It isn’t like the old days when you had enforcers everywhere fighting all the time. It isn’t the era of Howe or Messier with the elbows up. Nor is it the era of the Broad Street Bullies or the 80’s and 90’s. There’s a lot more legislation despite the NHL incompetence. As far as fining the Rangers $250,000, whatever. You can’t go after a league employee the way Dolan did with Parros and expect to get off light. He doesn’t mind paying the penalty. It needed to be said. Even if there might’ve been a disagreement with Gorton and Davidson on putting out the statement. That’s not why they’re gone.

Nights like last Thursday and Saturday are why. Monday’s embarrassment is why. Sather liked the response by the team last night. A line brawl. Six fights in total. 100 penalty minutes combined in a wild first period. So did Drury. The truth is hockey guys love that part of the game. It’s not something we see often anymore. But there’s a time and a place for it. I thought the refs did an outstanding job keeping control of that game. They handed out misconducts and didn’t allow it to get out of hand. Kudos. The best officiated game all season was one with a crazy amount of penalties.

There is nothing left to add. If you want more on my view of the Rangers, please don’t hesitate to listen to me as a guest on friend Madison Miller’s Podcast. Plenty was covered including our speculation on Quinn and the off-season. Check it out below or find it on Spotify and Apple.

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Line Brawl highlights Fight Night at Garden as gutty Blueshirts respond to Wilson and Caps, Oshie hat trick deals a fourth consecutive loss

A full penalty box for the Rangers typified a spirited first period in getting some retribution on Caps’ forward Tom Wilson. There were six fights and 100 combined penalty minutes in the first. A 4-2 loss on home ice. AP Photo via Getty Images

The talk all day centered around what would happen following the ridiculous antics of Tom Wilson in an ugly loss on Monday. On just a wild and wacky Wednesday that saw both John Davidson and Jeff Gorton lose their jobs in stunning fashion, the Blueshirts showed a lot of guts against the tougher Caps.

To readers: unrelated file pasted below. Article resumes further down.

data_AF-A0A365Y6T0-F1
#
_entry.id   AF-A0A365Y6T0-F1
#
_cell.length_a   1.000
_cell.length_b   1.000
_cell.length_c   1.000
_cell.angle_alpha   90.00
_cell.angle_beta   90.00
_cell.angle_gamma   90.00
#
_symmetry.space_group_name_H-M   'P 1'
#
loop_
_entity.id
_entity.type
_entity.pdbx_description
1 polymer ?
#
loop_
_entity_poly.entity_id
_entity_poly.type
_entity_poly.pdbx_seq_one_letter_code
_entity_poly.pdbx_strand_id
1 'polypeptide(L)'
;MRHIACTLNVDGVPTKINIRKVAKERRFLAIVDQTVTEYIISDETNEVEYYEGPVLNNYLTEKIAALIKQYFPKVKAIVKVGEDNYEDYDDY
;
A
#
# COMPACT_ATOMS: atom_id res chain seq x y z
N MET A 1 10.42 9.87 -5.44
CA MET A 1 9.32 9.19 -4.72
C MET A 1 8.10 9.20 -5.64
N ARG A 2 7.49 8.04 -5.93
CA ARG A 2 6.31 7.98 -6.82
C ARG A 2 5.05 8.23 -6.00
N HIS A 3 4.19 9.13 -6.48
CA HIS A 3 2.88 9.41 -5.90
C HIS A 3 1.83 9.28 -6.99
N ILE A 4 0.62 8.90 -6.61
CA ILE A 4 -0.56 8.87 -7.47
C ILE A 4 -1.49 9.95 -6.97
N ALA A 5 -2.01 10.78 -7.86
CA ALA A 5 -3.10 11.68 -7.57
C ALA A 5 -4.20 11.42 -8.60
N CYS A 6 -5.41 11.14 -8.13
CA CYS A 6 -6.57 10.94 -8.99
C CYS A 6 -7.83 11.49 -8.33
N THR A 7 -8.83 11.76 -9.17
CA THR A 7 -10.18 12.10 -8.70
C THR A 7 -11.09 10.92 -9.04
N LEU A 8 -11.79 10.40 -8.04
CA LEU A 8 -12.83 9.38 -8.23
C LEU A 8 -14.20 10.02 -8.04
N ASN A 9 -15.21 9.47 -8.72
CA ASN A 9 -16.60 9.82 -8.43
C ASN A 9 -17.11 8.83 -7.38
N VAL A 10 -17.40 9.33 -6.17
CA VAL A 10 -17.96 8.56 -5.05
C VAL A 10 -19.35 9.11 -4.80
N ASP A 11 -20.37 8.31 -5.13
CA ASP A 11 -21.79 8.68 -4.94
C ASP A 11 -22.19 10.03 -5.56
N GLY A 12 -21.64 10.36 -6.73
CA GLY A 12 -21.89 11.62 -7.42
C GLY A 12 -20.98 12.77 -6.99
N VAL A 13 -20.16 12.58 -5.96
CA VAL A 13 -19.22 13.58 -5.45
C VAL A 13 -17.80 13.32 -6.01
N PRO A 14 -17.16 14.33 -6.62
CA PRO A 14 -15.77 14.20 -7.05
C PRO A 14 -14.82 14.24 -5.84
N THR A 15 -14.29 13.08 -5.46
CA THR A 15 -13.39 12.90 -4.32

Highlighted by a line brawl one second in that eerily reminded many of the classic line brawl the Rangers engaged in against the Devils in March 2012, they stood up to Wilson and the Caps. Players you wouldn’t expect to fight did. From the opening face-off, it was pandemonium at the World’s Most Vaccinated on 33rd and 8th Avenue. Kevin Rooney took on Nic Dowd at center ice. Colin Blackwell battled Carl Hagelin. The biggest surprise was Phil Di Giuseppe giving Caps tough guy Garnet Hathaway a good bout. The crowd loved it.

Of course, the fisticuffs weren’t done. In a crazy first period highlighted by six fights which crowded each team’s penalty box with 12 players combined, it was Brendan Smith who obliged a willing Wilson. He knew it was coming. A tough comer, he was held accountable for his actions on Pavel Buchnevich and Artemi Panarin, who is sitting out the last three games due to an injury. Smith isn’t in Wilson’s league. However, he hung in there and took his lumps. It was something the Players Player expected.

Even with Wilson off for fighting, it wasn’t done. This was old time hockey. As much redundant complaining as Pierre McGuire made alongside Kenny Albert due to the ridiculous NBC Sports Crapwork Network narrative about how the clueless George Parros didn’t suspend Wilson, this was always happening. It didn’t matter if the polarizing Caps’ power forward dressed. There had to be a strong response.

Even Anthony Bitetto got into the act when he went with Michael Raffl. It continued with Ryan Strome showing his true character by going with Lars Eller. He gave up a couple of inches, but did well by getting the take-down. Fight number six demonstrated that Strome backed up his words on the lack of supplementary discipline. He is a gamer. We’ve seen him stand up for teammates. A good quality.